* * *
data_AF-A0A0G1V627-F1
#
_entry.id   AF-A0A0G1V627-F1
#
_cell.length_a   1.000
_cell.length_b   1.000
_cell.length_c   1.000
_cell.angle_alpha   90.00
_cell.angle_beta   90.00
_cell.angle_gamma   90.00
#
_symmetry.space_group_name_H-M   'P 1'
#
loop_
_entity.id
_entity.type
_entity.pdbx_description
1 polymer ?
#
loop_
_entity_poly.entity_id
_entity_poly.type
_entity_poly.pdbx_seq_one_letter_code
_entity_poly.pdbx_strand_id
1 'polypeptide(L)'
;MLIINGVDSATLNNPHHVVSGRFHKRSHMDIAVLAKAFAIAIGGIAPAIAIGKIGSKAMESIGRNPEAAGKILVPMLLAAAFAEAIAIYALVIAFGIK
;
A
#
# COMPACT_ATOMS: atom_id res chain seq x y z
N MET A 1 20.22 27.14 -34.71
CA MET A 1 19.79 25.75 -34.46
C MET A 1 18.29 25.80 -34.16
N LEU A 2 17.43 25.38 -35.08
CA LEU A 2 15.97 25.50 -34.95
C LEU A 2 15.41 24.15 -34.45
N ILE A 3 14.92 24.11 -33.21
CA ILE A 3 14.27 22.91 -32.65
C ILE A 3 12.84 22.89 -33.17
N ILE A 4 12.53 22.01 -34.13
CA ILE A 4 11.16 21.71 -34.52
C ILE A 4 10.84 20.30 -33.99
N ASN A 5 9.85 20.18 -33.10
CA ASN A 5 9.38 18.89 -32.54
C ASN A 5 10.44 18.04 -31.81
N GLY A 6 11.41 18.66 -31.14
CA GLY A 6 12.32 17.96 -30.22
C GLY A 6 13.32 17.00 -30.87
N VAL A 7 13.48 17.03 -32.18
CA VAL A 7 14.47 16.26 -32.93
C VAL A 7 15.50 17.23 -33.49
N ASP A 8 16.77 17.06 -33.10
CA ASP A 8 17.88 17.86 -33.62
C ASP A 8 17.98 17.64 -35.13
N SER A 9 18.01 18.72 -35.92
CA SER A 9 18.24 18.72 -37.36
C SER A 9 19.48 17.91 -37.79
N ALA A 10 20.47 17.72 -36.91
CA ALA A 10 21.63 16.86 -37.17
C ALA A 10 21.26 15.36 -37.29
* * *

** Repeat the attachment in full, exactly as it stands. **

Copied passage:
data_AF-A0A0G1V627-F1
#
_entry.id   AF-A0A0G1V627-F1
#
_cell.length_a   1.000
_cell.length_b   1.000
_cell.length_c   1.000
_cell.angle_alpha   90.00
_cell.angle_beta   90.00
_cell.angle_gamma   90.00
#
_symmetry.space_group_name_H-M   'P 1'
#
loop_
_entity.id
_entity.type
_entity.pdbx_description
1 polymer ?
#
loop_
_entity_poly.entity_id
_entity_poly.type
_entity_poly.pdbx_seq_one_letter_code
_entity_poly.pdbx_strand_id
1 'polypeptide(L)'
;MLIINGVDSATLNNPHHVVSGRFHKRSHMDIAVLAKAFAIAIGGIAPAIAIGKIGSKAMESIGRNPEAAGKILVPMLLAAAFAEAIAIYALVIAFGIK
;
A
#
# COMPACT_ATOMS: atom_id res chain seq x y z
N MET A 1 20.22 27.14 -34.71
CA MET A 1 19.79 25.75 -34.46
C MET A 1 18.29 25.80 -34.16
N LEU A 2 17.43 25.38 -35.08
CA LEU A 2 15.97 25.50 -34.95
C LEU A 2 15.41 24.15 -34.45
N ILE A 3 14.92 24.11 -33.21
CA ILE A 3 14.27 22.91 -32.65
C ILE A 3 12.84 22.89 -33.17
N ILE A 4 12.53 22.01 -34.13
CA ILE A 4 11.16 21.71 -34.52
C ILE A 4 10.84 20.30 -33.99
N ASN A 5 9.85 20.18 -33.10
CA ASN A 5 9.38 18.89 -32.54
C ASN A 5 10.44 18.04 -31.81
N GLY A 6 11.41 18.66 -31.14
CA GLY A 6 12.32 17.96 -30.22
C GLY A 6 13.32 17.00 -30.87
N VAL A 7 13.48 17.03 -32.18
CA VAL A 7 14.47 16.26 -32.93
C VAL A 7 15.50 17.23 -33.49
N ASP A 8 16.77 17.06 -33.10
CA ASP A 8 17.88 17.86 -33.62
C ASP A 8 17.98 17.64 -35.13
N SER A 9 18.01 18.72 -35.92
CA SER A 9 18.24 18.72 -37.36
C SER A 9 19.48 17.91 -37.79
N ALA A 10 20.47 17.72 -36.91
CA ALA A 10 21.63 16.86 -37.17
C ALA A 10 21.26 15.36 -37.29